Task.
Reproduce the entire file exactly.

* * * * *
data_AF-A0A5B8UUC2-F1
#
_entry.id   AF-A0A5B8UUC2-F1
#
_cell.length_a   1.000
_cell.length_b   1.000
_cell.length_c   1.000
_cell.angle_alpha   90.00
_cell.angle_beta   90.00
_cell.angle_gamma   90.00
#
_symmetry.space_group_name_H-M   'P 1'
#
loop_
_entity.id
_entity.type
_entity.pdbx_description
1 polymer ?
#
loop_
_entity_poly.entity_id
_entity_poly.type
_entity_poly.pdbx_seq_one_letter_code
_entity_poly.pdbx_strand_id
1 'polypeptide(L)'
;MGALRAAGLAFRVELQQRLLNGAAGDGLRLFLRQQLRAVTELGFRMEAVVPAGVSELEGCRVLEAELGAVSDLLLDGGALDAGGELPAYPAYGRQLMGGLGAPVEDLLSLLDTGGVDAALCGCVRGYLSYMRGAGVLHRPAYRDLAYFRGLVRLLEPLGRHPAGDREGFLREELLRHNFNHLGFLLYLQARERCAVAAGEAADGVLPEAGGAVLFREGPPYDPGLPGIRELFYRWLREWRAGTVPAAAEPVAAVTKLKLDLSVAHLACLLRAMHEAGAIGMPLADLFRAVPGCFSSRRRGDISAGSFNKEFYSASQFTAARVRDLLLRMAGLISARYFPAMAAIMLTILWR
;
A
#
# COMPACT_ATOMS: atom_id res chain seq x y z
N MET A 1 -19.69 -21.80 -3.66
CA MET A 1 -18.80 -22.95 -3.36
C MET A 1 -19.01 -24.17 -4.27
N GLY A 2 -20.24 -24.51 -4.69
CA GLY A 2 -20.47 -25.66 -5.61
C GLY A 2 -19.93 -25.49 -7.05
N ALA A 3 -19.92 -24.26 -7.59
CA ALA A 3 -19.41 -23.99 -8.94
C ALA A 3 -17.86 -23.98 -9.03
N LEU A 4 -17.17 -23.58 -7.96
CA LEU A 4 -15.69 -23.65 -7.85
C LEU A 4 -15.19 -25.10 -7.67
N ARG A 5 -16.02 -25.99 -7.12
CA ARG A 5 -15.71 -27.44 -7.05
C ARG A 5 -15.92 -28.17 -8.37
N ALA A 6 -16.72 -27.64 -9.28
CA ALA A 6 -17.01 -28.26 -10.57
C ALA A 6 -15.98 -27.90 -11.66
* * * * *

data_AF-A0A5B8UUC2-F1
#
_entry.id   AF-A0A5B8UUC2-F1
#
_cell.length_a   1.000
_cell.length_b   1.000
_cell.length_c   1.000
_cell.angle_alpha   90.00
_cell.angle_beta   90.00
_cell.angle_gamma   90.00
#
_symmetry.space_group_name_H-M   'P 1'
#
loop_
_entity.id
_entity.type
_entity.pdbx_description
1 polymer ?
#
loop_
_entity_poly.entity_id
_entity_poly.type
_entity_poly.pdbx_seq_one_letter_code
_entity_poly.pdbx_strand_id
1 'polypeptide(L)'
;MGALRAAGLAFRVELQQRLLNGAAGDGLRLFLRQQLRAVTELGFRMEAVVPAGVSELEGCRVLEAELGAVSDLLLDGGALDAGGELPAYPAYGRQLMGGLGAPVEDLLSLLDTGGVDAALCGCVRGYLSYMRGAGVLHRPAYRDLAYFRGLVRLLEPLGRHPAGDREGFLREELLRHNFNHLGFLLYLQARERCAVAAGEAADGVLPEAGGAVLFREGPPYDPGLPGIRELFYRWLREWRAGTVPAAAEPVAAVTKLKLDLSVAHLACLLRAMHEAGAIGMPLADLFRAVPGCFSSRRRGDISAGSFNKEFYSASQFTAARVRDLLLRMAGLISARYFPAMAAIMLTILWR
;
A
#
# COMPACT_ATOMS: atom_id res chain seq x y z
N MET A 1 -19.69 -21.80 -3.66
CA MET A 1 -18.80 -22.95 -3.36
C MET A 1 -19.01 -24.17 -4.27
N GLY A 2 -20.24 -24.51 -4.69
CA GLY A 2 -20.47 -25.66 -5.61
C GLY A 2 -19.93 -25.49 -7.05
N ALA A 3 -19.92 -24.26 -7.59
CA ALA A 3 -19.41 -23.99 -8.94
C ALA A 3 -17.86 -23.98 -9.03
N LEU A 4 -17.17 -23.58 -7.96
CA LEU A 4 -15.69 -23.65 -7.85
C LEU A 4 -15.19 -25.10 -7.67
N ARG A 5 -16.02 -25.99 -7.12
CA ARG A 5 -15.71 -27.44 -7.05
C ARG A 5 -15.92 -28.17 -8.37
N ALA A 6 -16.72 -27.64 -9.28
CA ALA A 6 -17.01 -28.26 -10.57
C ALA A 6 -15.98 -27.90 -11.66